Magazine article Computers in Libraries

HathiTrust's Ascendance as a Web-Level Digital Library

Magazine article Computers in Libraries

HathiTrust's Ascendance as a Web-Level Digital Library

Article excerpt

Google's ambitious digitization initiative has been followed both with fascination and concern ever since it was launched. Much of the controversy surrounded issues of ownership, copyright, and the risks of monopolization. But now there is an interesting second-wave initiative that has sprung from the mass digitization movement. It has grown so quickly and has been such a success that Google may need to move over on its pedestal and share the limelight. That initiative is HathiTrust, which goes much further than the commercial goals of digitization and is quite likely rewriting the future for digital libraries.

When it comes to mass digitization, what we need most are digital libraries that integrate the new artifacts with existing collections and make them easy to use. Academic research libraries--the folks who had the books in the first place--have been doing just that: forging alliances and collaborative ventures to make the most of the mass digitization movement. HathiTrust is one of the most important of these broad collaborative efforts. It is a genuine web-level digital library with a well-articulated vision, and it has excellent embedded tools that support reading and research. As such it is among the most important achievements in recent times to emerge from the academic world. Indeed, since a digital library (as we view it) is a collection of artifacts, functions, and services, HathiTrust may be viewed as a poster child for academic innovation, illuminating the power and potential of full-scale digital library operations at the network level. Now in its third year of operation, HathiTrust is continuing to evolve in ways that directly support teaching, research, and collaborative administration.

Read all about it in Heather Christenson's recent article, "HathiTrust: A Research Library at Web Scale," which covers the full story of HathiTrust from its inception through its present-day operations (see Library Resources & Technical Services, 55, No. 2, 93-102). For those of you who don't want the whole story, here are a few historical highlights. The University of Michigan libraries decided to repurpose their MBooks initiative into something bigger and even better and launched the idea of the trust. Its first partners were the member libraries of the Committee on Institutional Cooperation (CIC). The University of California also joined forces early on, along with the University of Virginia, Columbia University, The New York Public Library, and Yale University. HathiTrust now has more than 50 partner libraries, making it a force to be reckoned with. Governance is shared among the institutions, strengthening each of their contributions by drawing from the wellsprings of professional skill that exist at each campus. The crown jewels of the collection are the books that have been mass digitized by Google, the Open Content Alliance, and the Internet Archive. In spring 2011, HathiTrust announced that it is now entrusted with more than 8.6 million digital volumes--the fruit of ingest streams from mass digitization projects that continue to deliver content.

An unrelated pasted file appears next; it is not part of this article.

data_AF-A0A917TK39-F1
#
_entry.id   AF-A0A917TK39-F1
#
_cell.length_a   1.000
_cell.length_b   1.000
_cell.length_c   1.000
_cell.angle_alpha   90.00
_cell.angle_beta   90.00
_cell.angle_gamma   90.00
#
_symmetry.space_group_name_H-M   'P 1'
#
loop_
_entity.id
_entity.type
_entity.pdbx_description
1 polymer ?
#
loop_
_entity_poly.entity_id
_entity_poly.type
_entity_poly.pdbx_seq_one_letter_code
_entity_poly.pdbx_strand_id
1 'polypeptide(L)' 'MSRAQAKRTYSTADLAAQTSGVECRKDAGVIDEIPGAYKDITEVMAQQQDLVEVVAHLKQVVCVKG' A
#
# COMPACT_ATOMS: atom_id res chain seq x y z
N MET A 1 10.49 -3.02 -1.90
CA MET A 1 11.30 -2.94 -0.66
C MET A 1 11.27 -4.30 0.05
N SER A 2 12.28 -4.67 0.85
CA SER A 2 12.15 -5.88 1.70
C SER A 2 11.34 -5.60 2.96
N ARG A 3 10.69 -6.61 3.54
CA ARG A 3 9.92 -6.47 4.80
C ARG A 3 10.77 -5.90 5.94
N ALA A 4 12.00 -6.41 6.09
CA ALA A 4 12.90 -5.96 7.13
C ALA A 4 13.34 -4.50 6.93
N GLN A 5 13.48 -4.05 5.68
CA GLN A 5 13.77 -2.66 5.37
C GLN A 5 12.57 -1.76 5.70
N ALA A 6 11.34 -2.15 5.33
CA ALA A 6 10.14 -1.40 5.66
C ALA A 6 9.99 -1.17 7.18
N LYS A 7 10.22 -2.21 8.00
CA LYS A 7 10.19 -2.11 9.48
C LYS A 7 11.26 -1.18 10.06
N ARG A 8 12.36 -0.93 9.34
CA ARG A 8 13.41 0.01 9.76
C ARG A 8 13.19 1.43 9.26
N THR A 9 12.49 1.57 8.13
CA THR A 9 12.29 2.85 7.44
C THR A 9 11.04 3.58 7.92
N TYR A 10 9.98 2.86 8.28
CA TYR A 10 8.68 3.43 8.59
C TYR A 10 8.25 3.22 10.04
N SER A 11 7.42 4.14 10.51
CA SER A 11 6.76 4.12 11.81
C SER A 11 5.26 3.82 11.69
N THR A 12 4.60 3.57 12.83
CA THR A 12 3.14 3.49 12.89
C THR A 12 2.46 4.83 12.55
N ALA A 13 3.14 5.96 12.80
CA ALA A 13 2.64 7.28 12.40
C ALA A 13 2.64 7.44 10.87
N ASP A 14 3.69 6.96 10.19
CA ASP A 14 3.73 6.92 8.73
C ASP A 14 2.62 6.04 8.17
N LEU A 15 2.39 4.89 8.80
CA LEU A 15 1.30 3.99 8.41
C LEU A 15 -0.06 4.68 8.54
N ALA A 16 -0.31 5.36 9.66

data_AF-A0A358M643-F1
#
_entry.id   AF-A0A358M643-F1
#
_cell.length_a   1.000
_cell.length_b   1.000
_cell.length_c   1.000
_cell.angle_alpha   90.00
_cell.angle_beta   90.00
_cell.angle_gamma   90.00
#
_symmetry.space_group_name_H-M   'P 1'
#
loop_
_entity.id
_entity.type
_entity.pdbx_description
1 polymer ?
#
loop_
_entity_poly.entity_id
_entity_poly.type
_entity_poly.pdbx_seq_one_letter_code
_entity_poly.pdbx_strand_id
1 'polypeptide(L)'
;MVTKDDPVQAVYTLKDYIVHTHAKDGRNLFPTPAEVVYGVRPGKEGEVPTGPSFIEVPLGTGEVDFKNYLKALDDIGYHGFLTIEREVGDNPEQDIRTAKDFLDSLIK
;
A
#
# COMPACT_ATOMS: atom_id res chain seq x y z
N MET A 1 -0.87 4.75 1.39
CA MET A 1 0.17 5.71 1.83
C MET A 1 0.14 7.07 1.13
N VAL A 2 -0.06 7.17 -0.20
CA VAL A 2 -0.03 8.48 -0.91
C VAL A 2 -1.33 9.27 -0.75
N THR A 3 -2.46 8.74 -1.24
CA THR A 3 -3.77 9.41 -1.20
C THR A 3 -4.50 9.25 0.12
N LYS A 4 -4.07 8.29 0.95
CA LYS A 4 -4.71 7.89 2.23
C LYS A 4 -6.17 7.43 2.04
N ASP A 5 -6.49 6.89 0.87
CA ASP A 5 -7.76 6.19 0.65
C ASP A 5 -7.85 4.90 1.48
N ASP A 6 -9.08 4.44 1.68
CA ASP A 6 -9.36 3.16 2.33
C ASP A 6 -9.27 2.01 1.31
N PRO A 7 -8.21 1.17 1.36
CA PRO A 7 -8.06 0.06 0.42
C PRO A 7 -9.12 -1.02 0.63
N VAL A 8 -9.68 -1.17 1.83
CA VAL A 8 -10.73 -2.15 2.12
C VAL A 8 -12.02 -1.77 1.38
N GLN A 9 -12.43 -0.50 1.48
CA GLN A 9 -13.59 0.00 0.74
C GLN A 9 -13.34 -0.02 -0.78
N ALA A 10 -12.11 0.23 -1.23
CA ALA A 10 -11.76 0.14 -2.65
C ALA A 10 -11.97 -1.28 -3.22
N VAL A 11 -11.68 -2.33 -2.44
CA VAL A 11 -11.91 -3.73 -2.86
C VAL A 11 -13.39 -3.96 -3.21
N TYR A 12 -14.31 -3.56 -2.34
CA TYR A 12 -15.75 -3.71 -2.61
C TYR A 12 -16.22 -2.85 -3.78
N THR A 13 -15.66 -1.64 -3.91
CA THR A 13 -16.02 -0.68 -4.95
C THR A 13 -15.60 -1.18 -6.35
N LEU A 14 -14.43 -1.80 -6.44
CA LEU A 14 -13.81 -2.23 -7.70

There's a whole lot that one could say about HathiTrust, given its scope and overall mission. I'd like to use this space in CIL to assess what I feel are the most significant successes that HathiTrust has enjoyed and what those successes tell us about the future of digital libraries.

Collaboration in the Spotlight

Library culture has a long history of genuine collaboration, which is best seen in our shared cataloging practices and coordinated collection development agreements. It is easy for us to overlook the fact that these practices are shockingly creative and innovative examples of smart work in the network era; as such they are being discovered and rediscovered by the business world, much to our benefit. As the internet makes it both possible and fashionable to collaborate, all of a sudden our long-term commitment is being viewed with greater interest by top administrators and business leaders. …

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